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I am a C++ programmer and I am new to R. Somebody told me that using a for loop in R is a bad idea and that it is better to use sapply. I wrote the following code to calculate the probability of a birthday coincidence:

prob <- 1           # prob of no coincidence
days <- 365 
k <- 50             # how many people
probability <- numeric()  #probability vector (empty right now)
for(i in 1:k){
    prob <- (days - i + 1)/days * prob # Formula for no coincidence
    probability[i] <- 1 - prob

How I can do the same thing with sapply? I want to do something like:

1 - sapply(1:length(m), function(x) prod(m[1:x]))

But how to use the formula for no coincidence of birthday?

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m is never defined. What is it supposed to be? –  Dason Aug 19 '13 at 5:29
Always beware of "somebody." He's full of ideas but often without reliable attribution. –  Carl Witthoft Aug 19 '13 at 11:24
@CarlWitthoft thanks :) –  Edwardo Sep 19 '13 at 3:44

2 Answers 2

up vote 6 down vote accepted

You could do:

m <- (days - seq_len(k) + 1) / days
probability <- 1 - sapply(seq_along(m), function(x) prod(m[1:x]))

but that would be missing on the useful cumprod function:

probability <- 1 - cumprod(m)

which will be a lot faster.

(Also gave you a peak at seq_along and seq_len which are more robust than : when dealing with zero-length vectors.)

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Woow! so seq_along and seq_len are more faster than 1:something? also cumprod? Where I can learn to write good and faster code with R? Thanks! –  Edwardo Aug 19 '13 at 3:04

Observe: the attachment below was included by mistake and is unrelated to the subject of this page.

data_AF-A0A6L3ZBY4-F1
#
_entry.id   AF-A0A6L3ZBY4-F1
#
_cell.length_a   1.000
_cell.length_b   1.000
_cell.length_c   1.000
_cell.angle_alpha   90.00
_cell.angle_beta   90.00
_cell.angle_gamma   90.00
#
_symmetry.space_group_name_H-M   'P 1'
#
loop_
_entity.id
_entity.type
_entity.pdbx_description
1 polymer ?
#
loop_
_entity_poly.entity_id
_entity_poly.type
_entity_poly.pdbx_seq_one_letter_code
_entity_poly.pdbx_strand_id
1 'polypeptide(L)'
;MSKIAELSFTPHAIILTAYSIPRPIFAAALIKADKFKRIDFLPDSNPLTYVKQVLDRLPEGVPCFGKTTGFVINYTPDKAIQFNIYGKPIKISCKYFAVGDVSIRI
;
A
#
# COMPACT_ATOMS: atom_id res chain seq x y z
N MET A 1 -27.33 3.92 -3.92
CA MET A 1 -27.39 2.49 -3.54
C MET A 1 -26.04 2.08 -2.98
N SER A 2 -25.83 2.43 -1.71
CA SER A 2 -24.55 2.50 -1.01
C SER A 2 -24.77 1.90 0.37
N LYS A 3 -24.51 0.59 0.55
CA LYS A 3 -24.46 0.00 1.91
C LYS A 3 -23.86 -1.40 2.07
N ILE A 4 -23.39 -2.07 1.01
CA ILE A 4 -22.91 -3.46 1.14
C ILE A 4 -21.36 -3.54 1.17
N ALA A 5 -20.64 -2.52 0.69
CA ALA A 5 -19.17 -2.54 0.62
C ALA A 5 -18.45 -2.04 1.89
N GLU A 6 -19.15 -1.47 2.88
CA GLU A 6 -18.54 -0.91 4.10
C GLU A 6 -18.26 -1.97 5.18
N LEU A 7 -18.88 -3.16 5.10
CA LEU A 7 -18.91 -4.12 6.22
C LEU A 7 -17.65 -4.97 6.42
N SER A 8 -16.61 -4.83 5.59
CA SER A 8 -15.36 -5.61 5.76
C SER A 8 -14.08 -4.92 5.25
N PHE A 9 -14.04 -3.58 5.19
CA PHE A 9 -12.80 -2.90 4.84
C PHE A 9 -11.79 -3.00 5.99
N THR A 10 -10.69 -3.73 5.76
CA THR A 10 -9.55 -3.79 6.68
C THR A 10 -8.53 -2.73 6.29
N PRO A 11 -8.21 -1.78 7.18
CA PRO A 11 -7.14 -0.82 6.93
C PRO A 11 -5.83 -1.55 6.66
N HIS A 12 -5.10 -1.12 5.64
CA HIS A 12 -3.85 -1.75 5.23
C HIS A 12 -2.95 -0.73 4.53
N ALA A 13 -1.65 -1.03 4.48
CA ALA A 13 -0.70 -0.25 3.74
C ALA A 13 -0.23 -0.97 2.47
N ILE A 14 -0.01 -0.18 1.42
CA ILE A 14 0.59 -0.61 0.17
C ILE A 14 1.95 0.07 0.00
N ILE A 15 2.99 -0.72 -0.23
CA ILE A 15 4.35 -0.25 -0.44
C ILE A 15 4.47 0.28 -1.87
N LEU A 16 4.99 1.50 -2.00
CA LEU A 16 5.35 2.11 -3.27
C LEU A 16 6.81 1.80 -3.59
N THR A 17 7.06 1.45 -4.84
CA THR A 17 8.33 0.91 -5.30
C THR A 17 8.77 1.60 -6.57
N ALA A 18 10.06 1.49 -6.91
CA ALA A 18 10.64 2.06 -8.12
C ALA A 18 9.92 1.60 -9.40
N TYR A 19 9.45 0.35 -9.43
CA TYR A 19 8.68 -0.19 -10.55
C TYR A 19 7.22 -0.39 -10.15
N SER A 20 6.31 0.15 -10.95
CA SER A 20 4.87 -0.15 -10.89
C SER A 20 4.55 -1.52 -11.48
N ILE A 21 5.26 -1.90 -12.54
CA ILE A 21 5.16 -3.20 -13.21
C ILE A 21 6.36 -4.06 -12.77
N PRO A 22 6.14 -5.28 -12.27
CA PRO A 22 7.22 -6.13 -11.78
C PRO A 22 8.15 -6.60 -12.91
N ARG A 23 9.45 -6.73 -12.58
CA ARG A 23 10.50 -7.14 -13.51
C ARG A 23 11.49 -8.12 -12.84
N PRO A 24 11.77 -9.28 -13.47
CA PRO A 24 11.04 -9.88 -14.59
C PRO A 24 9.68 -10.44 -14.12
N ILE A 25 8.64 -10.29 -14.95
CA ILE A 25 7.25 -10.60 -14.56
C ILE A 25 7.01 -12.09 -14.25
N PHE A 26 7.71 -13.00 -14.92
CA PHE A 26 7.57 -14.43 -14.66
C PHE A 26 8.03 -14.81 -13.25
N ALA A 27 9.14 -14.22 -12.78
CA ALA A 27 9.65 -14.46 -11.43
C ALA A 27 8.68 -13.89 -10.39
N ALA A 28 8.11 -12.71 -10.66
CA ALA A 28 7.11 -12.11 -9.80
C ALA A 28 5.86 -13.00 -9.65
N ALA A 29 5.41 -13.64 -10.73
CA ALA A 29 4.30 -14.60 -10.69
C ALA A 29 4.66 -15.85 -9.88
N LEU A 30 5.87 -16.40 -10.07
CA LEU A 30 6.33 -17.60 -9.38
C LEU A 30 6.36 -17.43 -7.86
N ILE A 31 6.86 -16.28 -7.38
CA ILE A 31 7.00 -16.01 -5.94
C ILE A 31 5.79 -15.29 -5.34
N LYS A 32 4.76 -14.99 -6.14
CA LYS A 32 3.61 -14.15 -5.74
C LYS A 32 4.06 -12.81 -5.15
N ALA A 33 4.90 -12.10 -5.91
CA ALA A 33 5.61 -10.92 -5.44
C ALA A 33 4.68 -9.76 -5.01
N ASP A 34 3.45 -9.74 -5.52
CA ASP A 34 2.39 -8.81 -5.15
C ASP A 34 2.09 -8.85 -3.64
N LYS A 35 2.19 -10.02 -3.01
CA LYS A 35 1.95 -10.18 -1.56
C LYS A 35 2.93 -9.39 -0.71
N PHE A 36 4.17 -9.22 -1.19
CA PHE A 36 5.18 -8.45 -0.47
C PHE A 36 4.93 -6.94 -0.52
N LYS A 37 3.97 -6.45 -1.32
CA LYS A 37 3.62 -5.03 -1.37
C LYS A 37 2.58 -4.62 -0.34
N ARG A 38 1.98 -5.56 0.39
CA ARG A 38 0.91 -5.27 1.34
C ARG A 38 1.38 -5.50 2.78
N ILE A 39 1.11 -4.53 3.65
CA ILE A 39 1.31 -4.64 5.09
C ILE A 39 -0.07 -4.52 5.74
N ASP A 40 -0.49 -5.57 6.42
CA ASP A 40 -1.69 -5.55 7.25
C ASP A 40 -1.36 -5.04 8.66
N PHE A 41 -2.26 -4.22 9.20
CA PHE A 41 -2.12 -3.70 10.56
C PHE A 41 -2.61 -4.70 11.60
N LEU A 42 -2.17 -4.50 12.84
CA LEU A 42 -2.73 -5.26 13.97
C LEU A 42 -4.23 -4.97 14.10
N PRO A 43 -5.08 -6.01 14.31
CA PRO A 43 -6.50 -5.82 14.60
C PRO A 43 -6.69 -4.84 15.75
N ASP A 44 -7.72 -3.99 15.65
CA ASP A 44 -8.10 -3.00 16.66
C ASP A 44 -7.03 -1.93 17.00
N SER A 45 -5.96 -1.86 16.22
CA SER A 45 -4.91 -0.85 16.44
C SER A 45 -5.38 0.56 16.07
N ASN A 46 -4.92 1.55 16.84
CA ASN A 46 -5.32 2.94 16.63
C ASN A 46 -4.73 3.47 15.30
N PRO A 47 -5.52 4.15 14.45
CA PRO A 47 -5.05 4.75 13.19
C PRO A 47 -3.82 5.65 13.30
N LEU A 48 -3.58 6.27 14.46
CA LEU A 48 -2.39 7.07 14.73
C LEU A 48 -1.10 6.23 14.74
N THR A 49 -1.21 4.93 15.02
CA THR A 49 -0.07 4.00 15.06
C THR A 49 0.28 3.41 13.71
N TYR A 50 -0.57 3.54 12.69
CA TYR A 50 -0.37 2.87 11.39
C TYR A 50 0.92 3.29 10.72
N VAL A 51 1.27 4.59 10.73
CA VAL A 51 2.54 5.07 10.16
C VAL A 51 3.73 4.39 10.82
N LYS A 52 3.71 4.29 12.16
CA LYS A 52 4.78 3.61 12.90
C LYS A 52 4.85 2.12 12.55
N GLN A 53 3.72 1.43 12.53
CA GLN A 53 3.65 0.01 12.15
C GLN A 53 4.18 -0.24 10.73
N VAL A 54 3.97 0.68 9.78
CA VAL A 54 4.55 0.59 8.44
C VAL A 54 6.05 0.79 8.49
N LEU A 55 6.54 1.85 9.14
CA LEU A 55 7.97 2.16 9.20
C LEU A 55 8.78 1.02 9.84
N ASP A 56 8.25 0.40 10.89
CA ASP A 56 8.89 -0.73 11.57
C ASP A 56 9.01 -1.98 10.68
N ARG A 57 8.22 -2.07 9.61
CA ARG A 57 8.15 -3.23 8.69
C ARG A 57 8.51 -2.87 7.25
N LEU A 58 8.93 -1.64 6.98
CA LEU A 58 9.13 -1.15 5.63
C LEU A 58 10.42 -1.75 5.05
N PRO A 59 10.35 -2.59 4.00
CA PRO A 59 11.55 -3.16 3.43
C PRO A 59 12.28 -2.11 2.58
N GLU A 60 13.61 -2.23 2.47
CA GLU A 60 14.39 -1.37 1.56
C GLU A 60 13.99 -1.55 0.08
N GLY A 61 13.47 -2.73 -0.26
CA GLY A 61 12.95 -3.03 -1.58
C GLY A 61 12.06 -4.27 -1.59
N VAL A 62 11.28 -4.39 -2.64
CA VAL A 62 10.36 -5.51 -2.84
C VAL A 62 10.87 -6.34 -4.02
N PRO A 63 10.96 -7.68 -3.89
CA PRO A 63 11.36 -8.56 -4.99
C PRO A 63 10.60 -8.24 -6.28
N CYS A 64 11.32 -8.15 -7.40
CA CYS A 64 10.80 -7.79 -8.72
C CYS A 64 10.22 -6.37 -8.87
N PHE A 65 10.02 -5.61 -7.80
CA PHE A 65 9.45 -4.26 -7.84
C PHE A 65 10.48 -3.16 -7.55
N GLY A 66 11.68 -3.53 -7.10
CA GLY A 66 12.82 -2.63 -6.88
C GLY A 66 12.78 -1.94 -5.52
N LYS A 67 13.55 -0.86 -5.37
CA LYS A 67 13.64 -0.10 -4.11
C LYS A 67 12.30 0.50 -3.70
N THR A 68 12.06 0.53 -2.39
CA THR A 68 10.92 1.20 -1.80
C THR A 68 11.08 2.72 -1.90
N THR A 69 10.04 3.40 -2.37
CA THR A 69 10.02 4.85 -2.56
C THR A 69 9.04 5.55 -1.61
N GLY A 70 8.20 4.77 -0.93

Also, what if I want to print some interation? for example when the probability is less than 50% ? I know how to do it in a for, but how with sapply? or cumprod? @flodel –  Edwardo Aug 19 '13 at 3:27
seq_along and seq_len are not faster, they are safer: see what 1:x give you when x is zero. If you want to print cases where prob is < 0.5, you can 1) modify the function you sapply, e.g. function(x){y <- prod(m[1:x]); if (y < 50) print(x); return(y)} or 2) again, use something vectorized: which(probability < 0.5). –  flodel Aug 19 '13 at 4:44
thanks for the info! :) –  Edwardo Sep 19 '13 at 3:44

For you specific question it's probably best to just use the built-in birthday probability calculator

sapply(1:50, pbirthday)
share|improve this answer
Brilliant. Someone's covering every eventuality. –  dardisco Aug 19 '13 at 2:24
Thanks, but I want to do it just to get more info and experience with R. –  Edwardo Aug 19 '13 at 3:21
@Edwardo you could take a look at the source code for pbirthday to see how the author attacked this probability problem. –  Carl Witthoft Aug 19 '13 at 11:23
@CarlWitthoft How I can see the source code of pbirthday in R? –  Edwardo Aug 19 '13 at 23:10
@Edwardo Just type pbirthday –  Dason Aug 20 '13 at 0:12

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